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First Installment: Introduction
Second Installment: That Which We Call a Blog?
Is blogging self-expression, personal publishing, amateur journalism, the biggest disruptive technology since email, an online community, alternative media, curriculum for students, a customer relations strategy, knowledge management, navel gazing, a solution to boredom, a style of writing, e-mail to everyone, a fad, the answer to illiteracy, an online persona, social networking, rêsumê fodder, phonecam pictures, or something to hide from your mother? It’s all of these and more.
-Biz Stone (2)
The ephemeral and immediate qualities of the internet make it difficult, however, to trace the development of novel trends and emergent technological forms online. Therefore, despite the fact that many individuals are familiar with this internet genre, there is no authoritative definition of what constitutes a blog. In fact, as blogs began to emerge as a new discursive practice, there was considerable debate about which websites qualified for inclusion under this taxonomy.(3)
Blogs first began to appear online in the late 1990s and originally functioned as lists of hyperlinks designed to be helpful to other tech-savvy users who were surfing the internet at a time before HTML browsers or high powered search engines were available (4). As blogger Rebecca Blood writes, these early blogs could best be described as, “links with commentary, updated frequently” (5). Over time, these lists became a way of sharing the cataloger’s idiosyncratic interests with others and individual blogs evolved into unique, eclectic websites containing both personal and political content. By 1997 the term “weblog,” for which blog is shorthand, had been coined to describe these websites and by 1999 when blogging software had become widely available weblog this term had become standard vocabulary in popular discourse (6). Websites devoted to providing templates for blog creation and clearinghouse listings of blogs proliferated. With these tools, greater numbers of internet users were made aware of blogs and were able to create their own; online self-publishing flourished and some of the newer blogs began to include more detailed autobiographical content (7). In addition to sharing their personal interests, bloggers began to share more of their personalities. As some bloggers transitioned from being authors to Authors, the personal subject moved into the foreground of many blogs and reading communities began to organize around individuals. Celebrity bloggers emerged and the so-called “A-list” bloggers soon found that they were able to make considerable revenue by incorporating advertisements and other profit-generating elements into their blogs (8).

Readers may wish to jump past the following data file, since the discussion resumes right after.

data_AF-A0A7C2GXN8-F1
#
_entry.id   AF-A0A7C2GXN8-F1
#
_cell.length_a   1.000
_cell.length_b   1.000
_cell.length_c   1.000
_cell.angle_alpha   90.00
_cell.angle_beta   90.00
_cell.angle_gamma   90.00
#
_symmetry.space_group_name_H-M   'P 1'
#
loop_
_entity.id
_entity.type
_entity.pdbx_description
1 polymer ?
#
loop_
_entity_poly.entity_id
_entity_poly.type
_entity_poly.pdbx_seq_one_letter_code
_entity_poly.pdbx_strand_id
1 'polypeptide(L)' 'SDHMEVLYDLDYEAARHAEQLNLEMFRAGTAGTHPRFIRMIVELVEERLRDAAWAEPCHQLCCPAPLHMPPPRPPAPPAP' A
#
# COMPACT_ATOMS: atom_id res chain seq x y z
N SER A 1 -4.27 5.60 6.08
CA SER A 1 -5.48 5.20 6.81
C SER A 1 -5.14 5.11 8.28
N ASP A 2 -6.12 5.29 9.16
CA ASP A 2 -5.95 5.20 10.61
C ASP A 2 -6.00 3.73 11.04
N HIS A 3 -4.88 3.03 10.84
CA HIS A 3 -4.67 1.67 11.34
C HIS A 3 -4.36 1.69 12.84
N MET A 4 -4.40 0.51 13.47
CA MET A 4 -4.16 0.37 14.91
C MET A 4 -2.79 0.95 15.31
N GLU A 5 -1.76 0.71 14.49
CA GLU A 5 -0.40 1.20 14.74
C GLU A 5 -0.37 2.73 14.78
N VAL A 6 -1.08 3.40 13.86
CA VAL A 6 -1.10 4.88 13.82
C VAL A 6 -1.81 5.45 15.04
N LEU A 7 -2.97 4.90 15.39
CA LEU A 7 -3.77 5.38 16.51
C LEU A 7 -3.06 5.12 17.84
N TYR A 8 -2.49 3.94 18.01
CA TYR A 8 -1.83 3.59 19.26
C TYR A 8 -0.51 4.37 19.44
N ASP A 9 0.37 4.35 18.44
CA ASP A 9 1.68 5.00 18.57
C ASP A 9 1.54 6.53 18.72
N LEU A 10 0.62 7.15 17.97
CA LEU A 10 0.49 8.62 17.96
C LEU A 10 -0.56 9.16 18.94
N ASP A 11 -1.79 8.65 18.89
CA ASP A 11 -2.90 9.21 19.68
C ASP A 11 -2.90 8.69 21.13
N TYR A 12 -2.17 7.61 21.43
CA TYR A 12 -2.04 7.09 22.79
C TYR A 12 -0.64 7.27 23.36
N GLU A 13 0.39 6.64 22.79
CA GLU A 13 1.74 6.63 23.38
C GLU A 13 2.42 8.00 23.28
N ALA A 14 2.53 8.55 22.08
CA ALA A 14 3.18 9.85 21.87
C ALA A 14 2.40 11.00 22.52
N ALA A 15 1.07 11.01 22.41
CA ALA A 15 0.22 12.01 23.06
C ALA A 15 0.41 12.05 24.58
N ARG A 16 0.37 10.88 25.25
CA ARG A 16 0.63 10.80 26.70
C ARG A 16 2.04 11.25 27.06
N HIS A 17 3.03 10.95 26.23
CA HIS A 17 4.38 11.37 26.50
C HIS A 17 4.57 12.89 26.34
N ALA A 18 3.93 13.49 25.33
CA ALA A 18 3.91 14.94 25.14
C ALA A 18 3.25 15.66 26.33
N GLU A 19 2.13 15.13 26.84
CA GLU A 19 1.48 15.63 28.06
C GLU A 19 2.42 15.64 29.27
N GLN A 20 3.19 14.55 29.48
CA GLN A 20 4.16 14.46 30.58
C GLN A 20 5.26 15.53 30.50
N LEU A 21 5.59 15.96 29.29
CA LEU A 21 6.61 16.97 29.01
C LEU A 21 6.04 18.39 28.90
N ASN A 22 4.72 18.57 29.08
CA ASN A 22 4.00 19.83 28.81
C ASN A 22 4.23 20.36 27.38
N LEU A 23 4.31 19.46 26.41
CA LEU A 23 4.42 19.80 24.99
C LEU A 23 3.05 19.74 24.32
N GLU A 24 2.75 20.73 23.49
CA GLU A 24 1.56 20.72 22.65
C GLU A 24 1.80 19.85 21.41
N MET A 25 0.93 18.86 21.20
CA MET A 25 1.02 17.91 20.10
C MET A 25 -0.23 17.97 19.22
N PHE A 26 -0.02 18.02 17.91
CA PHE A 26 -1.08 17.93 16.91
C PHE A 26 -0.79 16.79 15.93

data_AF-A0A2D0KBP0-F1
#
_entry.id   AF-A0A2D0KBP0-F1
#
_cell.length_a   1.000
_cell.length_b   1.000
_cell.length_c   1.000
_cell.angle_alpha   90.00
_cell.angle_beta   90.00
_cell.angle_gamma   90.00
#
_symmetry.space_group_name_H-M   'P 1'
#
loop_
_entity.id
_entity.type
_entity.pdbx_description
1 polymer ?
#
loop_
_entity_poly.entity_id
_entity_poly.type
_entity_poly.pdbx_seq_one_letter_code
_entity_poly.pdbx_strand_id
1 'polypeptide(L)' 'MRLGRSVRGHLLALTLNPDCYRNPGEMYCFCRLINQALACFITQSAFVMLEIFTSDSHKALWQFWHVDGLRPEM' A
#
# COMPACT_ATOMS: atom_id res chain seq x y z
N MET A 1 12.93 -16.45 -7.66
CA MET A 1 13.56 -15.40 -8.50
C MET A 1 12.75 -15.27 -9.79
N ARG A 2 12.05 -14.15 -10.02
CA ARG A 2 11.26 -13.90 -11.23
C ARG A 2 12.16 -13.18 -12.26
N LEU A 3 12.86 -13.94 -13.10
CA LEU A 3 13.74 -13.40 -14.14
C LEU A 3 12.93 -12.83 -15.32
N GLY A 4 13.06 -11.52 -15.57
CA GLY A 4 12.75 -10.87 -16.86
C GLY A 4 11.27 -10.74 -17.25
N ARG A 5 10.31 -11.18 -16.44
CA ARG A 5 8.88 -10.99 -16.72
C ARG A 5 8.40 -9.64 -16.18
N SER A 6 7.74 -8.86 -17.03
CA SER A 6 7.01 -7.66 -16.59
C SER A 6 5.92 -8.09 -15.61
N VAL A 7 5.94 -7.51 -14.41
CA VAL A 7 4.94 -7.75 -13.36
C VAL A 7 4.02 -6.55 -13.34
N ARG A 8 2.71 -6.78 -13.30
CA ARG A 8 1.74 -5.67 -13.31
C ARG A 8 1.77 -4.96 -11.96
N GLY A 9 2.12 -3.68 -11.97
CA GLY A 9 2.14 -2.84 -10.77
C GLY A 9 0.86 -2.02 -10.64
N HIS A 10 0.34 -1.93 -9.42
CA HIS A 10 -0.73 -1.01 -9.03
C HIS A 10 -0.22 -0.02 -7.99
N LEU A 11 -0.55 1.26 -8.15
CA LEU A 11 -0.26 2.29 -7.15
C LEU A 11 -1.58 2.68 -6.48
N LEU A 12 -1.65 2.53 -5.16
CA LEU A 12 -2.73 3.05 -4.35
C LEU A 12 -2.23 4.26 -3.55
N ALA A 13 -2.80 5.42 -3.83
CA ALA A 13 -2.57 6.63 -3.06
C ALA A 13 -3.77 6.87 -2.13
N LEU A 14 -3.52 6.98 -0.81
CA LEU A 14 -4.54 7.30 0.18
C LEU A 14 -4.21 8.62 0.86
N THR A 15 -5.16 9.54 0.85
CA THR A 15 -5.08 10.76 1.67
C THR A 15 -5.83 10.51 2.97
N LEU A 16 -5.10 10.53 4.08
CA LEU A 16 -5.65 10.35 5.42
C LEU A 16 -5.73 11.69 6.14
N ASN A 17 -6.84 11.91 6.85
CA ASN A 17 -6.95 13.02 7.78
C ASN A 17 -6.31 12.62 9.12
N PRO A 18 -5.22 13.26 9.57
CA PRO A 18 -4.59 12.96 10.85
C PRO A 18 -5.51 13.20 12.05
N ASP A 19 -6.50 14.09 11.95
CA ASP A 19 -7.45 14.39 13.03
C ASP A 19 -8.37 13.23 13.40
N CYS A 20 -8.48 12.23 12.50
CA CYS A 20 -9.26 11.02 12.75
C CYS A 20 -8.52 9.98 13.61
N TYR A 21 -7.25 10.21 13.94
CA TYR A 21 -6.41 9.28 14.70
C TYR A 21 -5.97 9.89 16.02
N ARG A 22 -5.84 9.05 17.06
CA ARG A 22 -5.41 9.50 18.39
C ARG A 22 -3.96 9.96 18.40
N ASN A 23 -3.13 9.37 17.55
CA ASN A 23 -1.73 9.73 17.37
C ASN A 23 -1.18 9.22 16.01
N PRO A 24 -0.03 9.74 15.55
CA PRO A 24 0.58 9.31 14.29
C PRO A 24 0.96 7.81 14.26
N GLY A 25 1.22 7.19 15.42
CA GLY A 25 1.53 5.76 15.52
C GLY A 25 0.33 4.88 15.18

Blogs became so popular that mainstream media sources and private institutions recognized the necessity of incorporating them into their more traditional methods of reporting and advertising. The Guardian introduced a news blog in 2000 and other publications, such as The Christian Science Monitor and The New York Times, also soon followed and adopted this feature on their websites; blogs are now a standard component of the websites of media corporations (9). Non-profit organizations, such as Amnesty International or the AFL-CIO, maintain blogs to share news about their current projects and to highlight their recent accomplishments. Similarly, political organizations and individual politicians have employed blogs as campaigning tools; Howard Dean’s incorporation of a blog into his 2000 presidential campaign in the United States is one of the first and most notable examples of this technique. For-profit enterprises also utilize blogging as both advertising and organizational strategy. Corporations now use blogs to create publicity platforms for new products and as a site for establishing their brands. Other companies have taken blogs beyond a marketing tool and incorporated them into their business organization structure. Google, for example, mixes these two strategies; the internet technology company uses in-house blogs to help its employees communicate when they are working together on projects and encourages its employees to develop their own personal blogs publicly using Google-owned blogging software (10).